Kidlitcon 2014: Blogging Diversity in Young Adult and Children’s Lit: What’s Next?
October 11 and 12, 2014 Tsakopoulos Library Galleria, Sacramento, CA
(Link to Registration Form) (Link to KidLitCon Main Page)
Friday, October 11
9:30-9:55 Welcome and Opening Remarks
10-10:50 A Finding Your Voice, Finding Your Passion- Blogging With Conviction
Charlotte Taylor Charlotte’s Library
Blogging is hard work, made easier by passion. Having an intense focus (such as a passion for some aspect of diversity, or some particular sub-genre) can both motivate the blogger and help the blog find its audience. But passion and conviction by themselves aren’t enough to make a blog a success for both its writer(s) and its readers—you have to be able to communicate them effectively. Topics in this session will include how to find the voice, or voices, that work for you, and how to use them to make a stronger, more powerful blog.
10-10:50 B Finding and Reviewing the Best in Diverse Children’s and YA
Many bloggers want to review more diverse books, but are uncertain about where to find the best ones, and are uncertain how to evaluate and promote them. This session, featuring three bloggers who focus on multicultural and LBGT books, will help bloggers get diverse books onto their blogs and into the hand so young readers.
11-11:50 A Sistahs (and Brothers) Are Doing It for Themselves — Independent Publishing From the Creators’ and the Bloggers’ Points of View
Is it possible, in a publishing world that so dramatically lacks diversity in its offerings, to provide viable alternatives, using people power to provide books that all children in this country can relate to and enjoy? We think so! An ever growing number of authors and illustrators are independently creating children’s books, and many of these are about diverse subjects and children. An editor, and author and self-publisher, and a blogger come together to talk about different models and approaches to creating independent children’s’ books, and the role of bloggers in publicizing them, with a discussion of reviewing self-published books from the blogger’s point of view.
11-11:50 B Social Media Tips and Tricks for Bloggers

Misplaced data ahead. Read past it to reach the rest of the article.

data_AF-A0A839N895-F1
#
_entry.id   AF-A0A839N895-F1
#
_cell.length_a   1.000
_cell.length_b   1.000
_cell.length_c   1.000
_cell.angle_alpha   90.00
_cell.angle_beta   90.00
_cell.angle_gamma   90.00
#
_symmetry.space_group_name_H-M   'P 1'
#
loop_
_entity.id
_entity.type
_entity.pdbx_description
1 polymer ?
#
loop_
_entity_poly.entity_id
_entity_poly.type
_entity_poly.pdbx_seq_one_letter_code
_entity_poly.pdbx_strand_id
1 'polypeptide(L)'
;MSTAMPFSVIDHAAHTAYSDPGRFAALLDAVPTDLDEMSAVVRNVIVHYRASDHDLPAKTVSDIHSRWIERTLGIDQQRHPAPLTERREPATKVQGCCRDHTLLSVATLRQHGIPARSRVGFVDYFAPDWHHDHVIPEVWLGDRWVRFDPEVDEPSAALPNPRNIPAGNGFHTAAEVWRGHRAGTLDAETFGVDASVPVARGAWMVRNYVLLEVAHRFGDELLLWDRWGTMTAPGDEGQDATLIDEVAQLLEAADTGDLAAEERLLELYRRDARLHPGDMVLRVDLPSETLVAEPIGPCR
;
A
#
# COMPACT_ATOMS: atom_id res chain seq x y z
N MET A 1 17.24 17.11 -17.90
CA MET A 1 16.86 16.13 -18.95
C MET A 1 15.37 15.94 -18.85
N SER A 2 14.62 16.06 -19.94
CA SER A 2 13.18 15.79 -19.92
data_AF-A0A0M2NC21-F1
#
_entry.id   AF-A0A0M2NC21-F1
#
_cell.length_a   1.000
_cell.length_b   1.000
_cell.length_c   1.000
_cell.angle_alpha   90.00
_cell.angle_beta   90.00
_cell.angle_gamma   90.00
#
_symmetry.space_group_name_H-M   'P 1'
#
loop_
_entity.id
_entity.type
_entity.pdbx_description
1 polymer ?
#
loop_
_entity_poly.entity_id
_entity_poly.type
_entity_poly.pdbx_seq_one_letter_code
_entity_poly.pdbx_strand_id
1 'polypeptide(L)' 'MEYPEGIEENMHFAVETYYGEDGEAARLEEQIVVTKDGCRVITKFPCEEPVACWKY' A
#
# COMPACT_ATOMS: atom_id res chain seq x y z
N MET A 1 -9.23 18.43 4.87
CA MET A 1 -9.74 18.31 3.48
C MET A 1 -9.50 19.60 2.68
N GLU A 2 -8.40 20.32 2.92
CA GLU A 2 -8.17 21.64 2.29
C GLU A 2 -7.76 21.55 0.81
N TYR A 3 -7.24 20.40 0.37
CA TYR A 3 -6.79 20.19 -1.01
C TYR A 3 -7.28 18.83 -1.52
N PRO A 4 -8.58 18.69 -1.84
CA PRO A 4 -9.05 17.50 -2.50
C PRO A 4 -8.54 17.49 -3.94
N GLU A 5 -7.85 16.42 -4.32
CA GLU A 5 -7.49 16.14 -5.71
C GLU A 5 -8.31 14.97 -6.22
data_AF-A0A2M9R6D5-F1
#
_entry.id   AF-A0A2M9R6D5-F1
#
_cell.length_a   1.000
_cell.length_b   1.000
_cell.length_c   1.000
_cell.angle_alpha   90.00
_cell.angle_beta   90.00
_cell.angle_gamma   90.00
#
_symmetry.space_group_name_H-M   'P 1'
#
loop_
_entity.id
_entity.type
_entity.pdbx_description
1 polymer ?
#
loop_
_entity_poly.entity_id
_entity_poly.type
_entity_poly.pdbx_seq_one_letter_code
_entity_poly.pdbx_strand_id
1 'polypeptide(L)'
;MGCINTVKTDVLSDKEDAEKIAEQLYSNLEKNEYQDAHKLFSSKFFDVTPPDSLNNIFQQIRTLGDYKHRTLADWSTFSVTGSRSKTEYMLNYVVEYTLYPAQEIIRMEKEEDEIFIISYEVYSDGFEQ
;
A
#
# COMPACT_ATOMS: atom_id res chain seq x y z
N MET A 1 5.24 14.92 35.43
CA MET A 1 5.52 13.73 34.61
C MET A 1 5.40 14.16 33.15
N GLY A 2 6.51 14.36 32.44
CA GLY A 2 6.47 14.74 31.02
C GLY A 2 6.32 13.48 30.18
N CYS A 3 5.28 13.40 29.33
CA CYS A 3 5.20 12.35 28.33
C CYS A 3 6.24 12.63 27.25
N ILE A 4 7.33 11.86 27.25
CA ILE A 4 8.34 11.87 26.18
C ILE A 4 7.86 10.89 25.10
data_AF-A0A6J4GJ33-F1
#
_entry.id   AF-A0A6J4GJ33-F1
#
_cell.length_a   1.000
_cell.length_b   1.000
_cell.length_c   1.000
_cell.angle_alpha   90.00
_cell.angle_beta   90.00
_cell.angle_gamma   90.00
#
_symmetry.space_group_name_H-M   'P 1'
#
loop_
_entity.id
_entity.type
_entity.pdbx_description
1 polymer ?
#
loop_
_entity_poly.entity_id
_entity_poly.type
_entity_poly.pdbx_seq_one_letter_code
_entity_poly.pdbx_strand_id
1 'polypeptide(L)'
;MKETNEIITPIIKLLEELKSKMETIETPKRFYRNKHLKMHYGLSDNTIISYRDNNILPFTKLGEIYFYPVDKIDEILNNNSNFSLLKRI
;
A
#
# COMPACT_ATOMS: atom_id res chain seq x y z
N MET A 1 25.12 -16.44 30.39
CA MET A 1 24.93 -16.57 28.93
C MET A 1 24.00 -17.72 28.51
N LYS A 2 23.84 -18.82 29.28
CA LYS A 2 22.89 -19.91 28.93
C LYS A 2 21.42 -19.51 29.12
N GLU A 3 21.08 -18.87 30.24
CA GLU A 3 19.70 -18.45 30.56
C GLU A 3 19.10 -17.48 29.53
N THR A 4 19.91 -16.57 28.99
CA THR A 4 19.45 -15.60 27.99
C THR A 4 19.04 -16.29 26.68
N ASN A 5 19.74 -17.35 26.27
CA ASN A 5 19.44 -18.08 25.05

You write a blog post and now you want people to find it. This session will give you tips and tricks for best social media practices across a variety of platforms, including Tumblr, Twitter, Pinterest, and Facebook. Learn how to build an engaged and excited readership, as well as how to manage the nitty-gritty components of social media. Whether you’re new at it or you fancy yourself a seasoned pro, you’ll learn some new best practices.
12-1:30 Lunch (box lunches included in price of registration)
This first lunch will feature optional talk clusters, where bloggers can gather with those who share their particular interests (such as “diverse spec. fic” “picture book reviewing” “middle grade books” “LBTG” etc.), with the option of general seating as well. (Please share ideas for conversational groups with Charlotte Taylor (email@example.com).
1:30-3 Getting Beyond Diversity and Getting to the Story
While gender identity, sexual orientation, race, ethnicity, religion, or ability add to who we are, they do not define who we are. And these differences do not define our stories. How do we teach, discuss, or describe diverse books without making diversity the issue? Should we? How do we respond to the perception that ʺdiverse booksʺ are only for ʺdiverse peopleʺ and deliver book reviews and essays that highlight what makes books universal for those disinclined to think diversity is for them while acknowledging readers who need and deserve to find themselves in literature? Presenters Edith Campbell, Hannah Gómez, and author Jewell Parker Rhodes will deliver an interactive session with talking points, booktalks, strategies and much honest discussion.